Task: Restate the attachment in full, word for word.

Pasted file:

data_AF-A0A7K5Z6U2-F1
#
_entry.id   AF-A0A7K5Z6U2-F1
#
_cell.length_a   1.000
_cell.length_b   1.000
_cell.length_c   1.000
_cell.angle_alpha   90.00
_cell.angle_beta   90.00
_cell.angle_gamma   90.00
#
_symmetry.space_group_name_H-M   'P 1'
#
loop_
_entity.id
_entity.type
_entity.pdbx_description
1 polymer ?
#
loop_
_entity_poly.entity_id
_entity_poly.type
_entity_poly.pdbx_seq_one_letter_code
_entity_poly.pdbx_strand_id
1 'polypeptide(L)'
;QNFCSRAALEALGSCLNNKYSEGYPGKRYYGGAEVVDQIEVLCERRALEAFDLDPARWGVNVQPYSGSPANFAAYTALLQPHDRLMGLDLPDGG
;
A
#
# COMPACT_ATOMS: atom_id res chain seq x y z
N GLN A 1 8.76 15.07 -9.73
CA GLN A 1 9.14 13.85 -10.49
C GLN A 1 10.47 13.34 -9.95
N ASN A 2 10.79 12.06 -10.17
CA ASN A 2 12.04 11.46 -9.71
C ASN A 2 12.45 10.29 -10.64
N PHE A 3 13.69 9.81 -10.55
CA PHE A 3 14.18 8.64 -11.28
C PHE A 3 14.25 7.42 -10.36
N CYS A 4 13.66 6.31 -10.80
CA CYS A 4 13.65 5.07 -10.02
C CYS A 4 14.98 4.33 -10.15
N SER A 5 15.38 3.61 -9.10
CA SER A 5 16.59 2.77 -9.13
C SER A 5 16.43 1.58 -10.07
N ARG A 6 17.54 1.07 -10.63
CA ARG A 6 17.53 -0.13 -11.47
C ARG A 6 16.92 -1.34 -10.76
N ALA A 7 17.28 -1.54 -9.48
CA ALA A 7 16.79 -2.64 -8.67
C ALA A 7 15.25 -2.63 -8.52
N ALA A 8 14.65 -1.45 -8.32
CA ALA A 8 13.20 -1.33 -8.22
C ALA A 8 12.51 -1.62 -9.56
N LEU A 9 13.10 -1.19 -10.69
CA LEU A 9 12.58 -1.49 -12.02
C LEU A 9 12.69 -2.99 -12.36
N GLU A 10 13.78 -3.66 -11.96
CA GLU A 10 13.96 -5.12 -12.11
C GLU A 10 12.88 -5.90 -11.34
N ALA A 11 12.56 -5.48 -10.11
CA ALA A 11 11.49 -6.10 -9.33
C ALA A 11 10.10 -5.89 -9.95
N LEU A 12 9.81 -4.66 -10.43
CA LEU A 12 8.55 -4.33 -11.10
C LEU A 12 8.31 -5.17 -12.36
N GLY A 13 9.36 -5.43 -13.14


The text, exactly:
data_AF-A0A7K5Z6U2-F1
#
_entry.id   AF-A0A7K5Z6U2-F1
#
_cell.length_a   1.000
_cell.length_b   1.000
_cell.length_c   1.000
_cell.angle_alpha   90.00
_cell.angle_beta   90.00
_cell.angle_gamma   90.00
#
_symmetry.space_group_name_H-M   'P 1'
#
loop_
_entity.id
_entity.type
_entity.pdbx_description
1 polymer ?
#
loop_
_entity_poly.entity_id
_entity_poly.type
_entity_poly.pdbx_seq_one_letter_code
_entity_poly.pdbx_strand_id
1 'polypeptide(L)'
;QNFCSRAALEALGSCLNNKYSEGYPGKRYYGGAEVVDQIEVLCERRALEAFDLDPARWGVNVQPYSGSPANFAAYTALLQPHDRLMGLDLPDGG
;
A
#
# COMPACT_ATOMS: atom_id res chain seq x y z
N GLN A 1 8.76 15.07 -9.73
CA GLN A 1 9.14 13.85 -10.49
C GLN A 1 10.47 13.34 -9.95
N ASN A 2 10.79 12.06 -10.17
CA ASN A 2 12.04 11.46 -9.71
C ASN A 2 12.45 10.29 -10.64
N PHE A 3 13.69 9.81 -10.55
CA PHE A 3 14.18 8.64 -11.28
C PHE A 3 14.25 7.42 -10.36
N CYS A 4 13.66 6.31 -10.80
CA CYS A 4 13.65 5.07 -10.02
C CYS A 4 14.98 4.33 -10.15
N SER A 5 15.38 3.61 -9.10
CA SER A 5 16.59 2.77 -9.13
C SER A 5 16.43 1.58 -10.07
N ARG A 6 17.54 1.07 -10.63
CA ARG A 6 17.53 -0.13 -11.47
C ARG A 6 16.92 -1.34 -10.76
N ALA A 7 17.28 -1.54 -9.48
CA ALA A 7 16.79 -2.64 -8.67
C ALA A 7 15.25 -2.63 -8.52
N ALA A 8 14.65 -1.45 -8.32
CA ALA A 8 13.20 -1.33 -8.22
C ALA A 8 12.51 -1.62 -9.56
N LEU A 9 13.10 -1.19 -10.69
CA LEU A 9 12.58 -1.49 -12.02
C LEU A 9 12.69 -2.99 -12.36
N GLU A 10 13.78 -3.66 -11.96
CA GLU A 10 13.96 -5.12 -12.11
C GLU A 10 12.88 -5.90 -11.34
N ALA A 11 12.56 -5.48 -10.11
CA ALA A 11 11.49 -6.10 -9.33
C ALA A 11 10.10 -5.89 -9.95
N LEU A 12 9.81 -4.66 -10.43
CA LEU A 12 8.55 -4.33 -11.10
C LEU A 12 8.31 -5.17 -12.36
N GLY A 13 9.36 -5.43 -13.14